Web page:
It is determined with something like humour that communities very young should occupy themselves almost altogether with matters of grave and serious import. The vision of life at that period is no doubt unimpeded and clear; its conditions offer themselves with a certain nakedness and force, both as to this world and to that which is to come. The town of Elgin thus knew two controlling interests—the interest of politics and the interest of religion. Both are terms we must nevertheless circumscribe. Politics wore a complexion strictly local, provincial, or Dominion. The last step of France in Siam, the disputed influence of Germany in the Persian Gulf, the struggle of the Powers in China were not matters greatly talked over in Elgin; the theatre of European diplomacy had no absorbed spectators here. Nor can I claim that interest in the affairs of Great Britain was in any way extravagant.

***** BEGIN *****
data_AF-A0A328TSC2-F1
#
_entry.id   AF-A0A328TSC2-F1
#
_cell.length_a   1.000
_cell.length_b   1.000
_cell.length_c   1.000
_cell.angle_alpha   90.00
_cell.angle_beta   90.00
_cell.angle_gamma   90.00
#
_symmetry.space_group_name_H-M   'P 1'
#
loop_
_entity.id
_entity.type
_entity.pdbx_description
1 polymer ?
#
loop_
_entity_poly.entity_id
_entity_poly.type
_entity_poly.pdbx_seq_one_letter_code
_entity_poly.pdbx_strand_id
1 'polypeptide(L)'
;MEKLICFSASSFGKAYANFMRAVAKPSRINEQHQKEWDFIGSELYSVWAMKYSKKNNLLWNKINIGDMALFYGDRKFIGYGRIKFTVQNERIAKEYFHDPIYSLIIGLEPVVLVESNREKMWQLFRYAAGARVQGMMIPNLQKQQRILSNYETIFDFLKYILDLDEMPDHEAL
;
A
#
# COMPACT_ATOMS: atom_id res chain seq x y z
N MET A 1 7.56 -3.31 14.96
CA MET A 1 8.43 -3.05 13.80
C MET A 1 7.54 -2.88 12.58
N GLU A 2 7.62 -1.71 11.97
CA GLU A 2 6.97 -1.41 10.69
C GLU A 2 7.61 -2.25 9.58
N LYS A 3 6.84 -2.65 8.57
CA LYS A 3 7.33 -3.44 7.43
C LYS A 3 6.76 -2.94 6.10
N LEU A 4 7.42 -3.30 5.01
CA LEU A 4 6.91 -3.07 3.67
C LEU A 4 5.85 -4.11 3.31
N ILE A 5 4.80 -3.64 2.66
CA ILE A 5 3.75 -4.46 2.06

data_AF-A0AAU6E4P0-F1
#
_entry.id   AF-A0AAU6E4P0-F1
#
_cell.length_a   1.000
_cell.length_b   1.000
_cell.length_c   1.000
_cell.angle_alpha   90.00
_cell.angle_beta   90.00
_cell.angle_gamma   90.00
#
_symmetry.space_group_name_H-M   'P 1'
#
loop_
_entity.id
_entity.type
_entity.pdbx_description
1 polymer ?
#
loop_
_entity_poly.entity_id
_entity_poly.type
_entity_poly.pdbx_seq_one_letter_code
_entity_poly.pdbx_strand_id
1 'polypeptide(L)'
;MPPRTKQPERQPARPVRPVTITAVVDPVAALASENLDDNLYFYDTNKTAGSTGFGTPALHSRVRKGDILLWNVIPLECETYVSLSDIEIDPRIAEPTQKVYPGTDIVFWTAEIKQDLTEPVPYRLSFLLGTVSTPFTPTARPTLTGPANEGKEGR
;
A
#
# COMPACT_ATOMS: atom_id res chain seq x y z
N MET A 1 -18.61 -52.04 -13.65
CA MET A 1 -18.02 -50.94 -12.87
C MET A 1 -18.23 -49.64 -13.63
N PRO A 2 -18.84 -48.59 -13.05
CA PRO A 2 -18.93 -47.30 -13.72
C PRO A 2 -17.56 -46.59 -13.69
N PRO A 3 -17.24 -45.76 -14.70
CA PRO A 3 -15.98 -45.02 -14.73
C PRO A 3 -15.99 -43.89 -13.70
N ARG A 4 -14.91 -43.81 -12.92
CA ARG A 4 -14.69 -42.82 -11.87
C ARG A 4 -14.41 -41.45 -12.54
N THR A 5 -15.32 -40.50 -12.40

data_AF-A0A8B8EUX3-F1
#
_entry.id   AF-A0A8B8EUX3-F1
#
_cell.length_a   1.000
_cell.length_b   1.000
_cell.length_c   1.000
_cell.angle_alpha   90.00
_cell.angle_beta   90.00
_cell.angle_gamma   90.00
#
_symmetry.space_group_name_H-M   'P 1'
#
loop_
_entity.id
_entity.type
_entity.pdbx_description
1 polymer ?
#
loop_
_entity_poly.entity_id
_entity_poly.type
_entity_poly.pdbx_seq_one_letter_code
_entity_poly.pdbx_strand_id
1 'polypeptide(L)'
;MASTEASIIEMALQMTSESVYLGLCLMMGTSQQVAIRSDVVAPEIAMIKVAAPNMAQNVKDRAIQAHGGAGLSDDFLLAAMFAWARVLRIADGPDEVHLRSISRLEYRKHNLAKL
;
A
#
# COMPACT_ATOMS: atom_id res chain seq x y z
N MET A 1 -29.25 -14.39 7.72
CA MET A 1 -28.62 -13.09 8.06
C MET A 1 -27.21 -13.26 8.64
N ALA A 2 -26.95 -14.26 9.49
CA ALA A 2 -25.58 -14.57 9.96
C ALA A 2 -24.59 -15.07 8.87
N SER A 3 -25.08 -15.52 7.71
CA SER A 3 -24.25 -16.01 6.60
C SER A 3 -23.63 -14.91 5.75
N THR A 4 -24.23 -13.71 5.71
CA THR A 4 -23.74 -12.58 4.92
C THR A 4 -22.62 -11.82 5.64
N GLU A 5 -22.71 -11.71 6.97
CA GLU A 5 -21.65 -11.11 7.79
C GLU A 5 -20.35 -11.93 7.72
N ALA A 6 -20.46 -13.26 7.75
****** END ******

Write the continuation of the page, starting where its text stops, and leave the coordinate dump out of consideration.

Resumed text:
A sentiment of affection for the reigning house certainly prevailed. It was arbitrary, rococo, unrelated to current conditions as a tradition sung down in a ballad, an anachronism of the heart, cherished through long rude lifetimes for the beauty and poetry of it—when you consider, beauty and poetry can be thought of in this. Here was no Court aiding the transmutation of the middle class, no King spending money; here were no picturesque contacts of Royalty and the people, no pageantry, no blazonry of the past, nothing to lift the heart but an occasional telegram from the monarch expressing, upon an event of public importance, a suitable emotion. Yet the common love for the throne amounted to a half-ashamed enthusiasm that burned with something like a sacred flame, and was among the things not ordinarily alluded to, because of the shyness that attaches to all feeling that cannot be justified in plain terms. A sentiment of affection for the reigning house certainly prevailed; but it was a thing by itself. The fall of a British Government would hardly fail to excite comment, and the retirement of a Prime Minister would induce both the Mercury and the Express to publish a biographical sketch of him, considerably shorter than the leader embodying the editor’s views as to who should get the electric light contract. But the Government might become the sole employer of labour in those islands, Church and school might part company for ever, landlords might be deprived of all but compassionate allowances and, except for the degree of extravagance involved in these propositions, they would hardly be current in Elgin. The complications of England’s foreign policy were less significant still. It was recognized dimly that England had a foreign policy, more or less had to have it, as they would have said in Elgin; it was part of the huge unnecessary scheme of things for which she was responsible—unnecessary from Elgin’s point of view as a father’s financial obligations might be to a child he had parted